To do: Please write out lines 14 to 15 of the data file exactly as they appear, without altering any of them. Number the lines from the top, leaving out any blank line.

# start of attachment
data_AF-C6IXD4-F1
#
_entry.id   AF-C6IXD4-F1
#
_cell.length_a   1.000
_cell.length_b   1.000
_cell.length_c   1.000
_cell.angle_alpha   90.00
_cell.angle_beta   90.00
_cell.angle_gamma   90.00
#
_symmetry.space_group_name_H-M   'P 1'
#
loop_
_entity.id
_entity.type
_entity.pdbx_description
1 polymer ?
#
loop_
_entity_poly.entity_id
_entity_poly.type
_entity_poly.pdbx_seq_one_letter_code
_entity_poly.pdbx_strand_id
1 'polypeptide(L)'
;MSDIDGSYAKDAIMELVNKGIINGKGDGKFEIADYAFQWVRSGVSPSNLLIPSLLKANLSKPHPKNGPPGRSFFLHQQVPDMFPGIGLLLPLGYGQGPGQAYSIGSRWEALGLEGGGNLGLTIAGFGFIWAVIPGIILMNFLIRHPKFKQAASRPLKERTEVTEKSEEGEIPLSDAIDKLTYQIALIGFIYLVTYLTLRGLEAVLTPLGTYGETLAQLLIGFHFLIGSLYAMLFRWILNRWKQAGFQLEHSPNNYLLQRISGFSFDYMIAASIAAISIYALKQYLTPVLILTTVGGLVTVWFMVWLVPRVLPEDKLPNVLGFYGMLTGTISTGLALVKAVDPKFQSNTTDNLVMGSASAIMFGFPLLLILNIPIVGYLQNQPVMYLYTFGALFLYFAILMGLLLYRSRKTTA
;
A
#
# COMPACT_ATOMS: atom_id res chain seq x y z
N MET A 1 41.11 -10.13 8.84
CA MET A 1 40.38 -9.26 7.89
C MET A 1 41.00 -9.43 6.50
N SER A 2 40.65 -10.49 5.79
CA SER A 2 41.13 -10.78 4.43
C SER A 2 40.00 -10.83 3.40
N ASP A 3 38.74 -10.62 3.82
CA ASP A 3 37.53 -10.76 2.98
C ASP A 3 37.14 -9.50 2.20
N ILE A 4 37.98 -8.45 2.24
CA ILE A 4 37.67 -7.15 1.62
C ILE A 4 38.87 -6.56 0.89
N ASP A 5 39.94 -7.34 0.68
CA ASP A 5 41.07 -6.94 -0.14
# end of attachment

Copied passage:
loop_
_entity.id